NHRA - National Hot Rod Association


Wally Parks NHRA Motorsport Museum: History of Hot Rodding series—Part 1

The Wally Parks NHRA Motorsport Museum's History of Hot Rodding series is a fascinating eleven-part journey that takes a look into drag racing history as can only be told by "Fast" Jack Beckman and Greg Sharp.
30 Apr 2021
Posted by NHRA.com staff

Jack Beckman: Welcome to the Wally Parks NHRA Motorsports Museum. I'm Jack Beckman, professional drag racer, and standing next to Museum's curator, Greg Sharp. This building is full of literally thousands of artifacts and items that walk you through the lineage of hot rodding and Greg, when I walk into this lobby, I'm immediately struck by the history of the sport. Where would you start?

Greg Sharp: This is called the Chrisman-Brinker Gallery of Speed. And if visitors come in for the first time, look at the cars, go around the entire room. They'll have a really good, basic understanding of what hot rodding is all about.

Jack Beckman: And Greg, that could mean different things to different people. So let's show them a couple of branches of hot rodding. This ’32 Ford highboy roadster may be the quintessential hot rod of all time. It is a wonderful example of that segment of hot rodders who favored the artistry who drove their cars on the street and put a higher emphasis on show, as opposed to go. And Greg speaking to go, what is this beast? You're standing next to?

A virtual tour of the NHRA Motorsports Museum presented by AAA

Greg Sharp: Great choice of words, Jack. This is Chet Herbert's Beast streamliner from 1952, showing us straightaway land speed racing, which is where hot rodding actually got its start up at the dry lakes in the high-desert of Southern California. In 1949, Wally Parks and Robert E. Petersen got permission for the hot rodders to run at Bonneville in 1949, which was a huge step forward in racing. This particular car was gifted us by Dr. Mark Brinker of Texas. And it's represented with the mannequin of Art Chrisman who drove this car 235 miles an hour in 1952.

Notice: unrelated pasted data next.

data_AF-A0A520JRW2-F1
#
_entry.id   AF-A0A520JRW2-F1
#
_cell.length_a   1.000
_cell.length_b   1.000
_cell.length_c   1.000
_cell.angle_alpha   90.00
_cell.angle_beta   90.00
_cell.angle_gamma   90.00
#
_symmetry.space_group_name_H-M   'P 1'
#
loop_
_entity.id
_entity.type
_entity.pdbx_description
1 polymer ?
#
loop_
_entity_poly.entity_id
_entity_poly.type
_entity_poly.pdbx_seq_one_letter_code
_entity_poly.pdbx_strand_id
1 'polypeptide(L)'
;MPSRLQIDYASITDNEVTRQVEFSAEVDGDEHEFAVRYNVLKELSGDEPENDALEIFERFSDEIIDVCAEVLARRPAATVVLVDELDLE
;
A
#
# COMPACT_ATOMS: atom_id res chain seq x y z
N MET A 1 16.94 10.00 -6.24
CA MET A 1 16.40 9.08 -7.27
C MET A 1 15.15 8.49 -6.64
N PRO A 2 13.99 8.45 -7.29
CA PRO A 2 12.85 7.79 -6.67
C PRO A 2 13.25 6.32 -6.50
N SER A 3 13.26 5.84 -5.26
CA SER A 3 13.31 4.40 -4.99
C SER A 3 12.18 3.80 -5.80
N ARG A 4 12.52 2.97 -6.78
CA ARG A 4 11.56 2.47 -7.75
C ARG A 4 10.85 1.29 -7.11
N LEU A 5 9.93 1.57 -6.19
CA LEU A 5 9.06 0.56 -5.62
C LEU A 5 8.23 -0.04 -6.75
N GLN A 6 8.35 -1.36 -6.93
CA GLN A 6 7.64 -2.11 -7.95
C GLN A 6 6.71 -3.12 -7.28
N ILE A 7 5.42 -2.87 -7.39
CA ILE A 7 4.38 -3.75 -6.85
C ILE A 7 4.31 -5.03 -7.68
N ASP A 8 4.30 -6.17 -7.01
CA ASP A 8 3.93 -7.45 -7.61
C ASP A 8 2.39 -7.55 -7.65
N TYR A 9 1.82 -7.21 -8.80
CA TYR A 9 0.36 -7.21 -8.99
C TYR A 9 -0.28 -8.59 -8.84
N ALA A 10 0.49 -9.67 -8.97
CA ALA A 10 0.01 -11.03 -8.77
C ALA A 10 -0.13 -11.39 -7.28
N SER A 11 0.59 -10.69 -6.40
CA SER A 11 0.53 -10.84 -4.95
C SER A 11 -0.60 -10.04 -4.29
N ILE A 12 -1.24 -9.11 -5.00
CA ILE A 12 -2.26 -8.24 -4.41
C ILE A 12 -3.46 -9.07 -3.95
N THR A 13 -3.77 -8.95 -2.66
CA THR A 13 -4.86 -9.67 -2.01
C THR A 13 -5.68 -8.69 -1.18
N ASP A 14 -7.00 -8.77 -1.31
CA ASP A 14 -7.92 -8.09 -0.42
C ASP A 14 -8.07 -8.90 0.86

Jack Beckman: Now the Southern California hot rodders were fortunate. They had access to the dry lakes and to the salt flats, which really didn't extend to hot rodders and the rest of the country. Fortunately, after World War Two, there were enough surplus airstrips that people that were into hot rodding and into accelerating, could apply their trade in a safe environment. And that's where our display comes full circle. That's where we get into organized drag racing. And this is where our journey is going to start.

Visit the Wally Parks NHRA Motorsport Museum

The Museum is open year-round and features thirty-thousand sq. feet of permanent and changing exhibitions. As you explore this site you’ll find more information on a variety of programs and events we present throughout the year, including the Hot Rod Reunions® in Bowing Green, Kentucky and Bakersfield, California.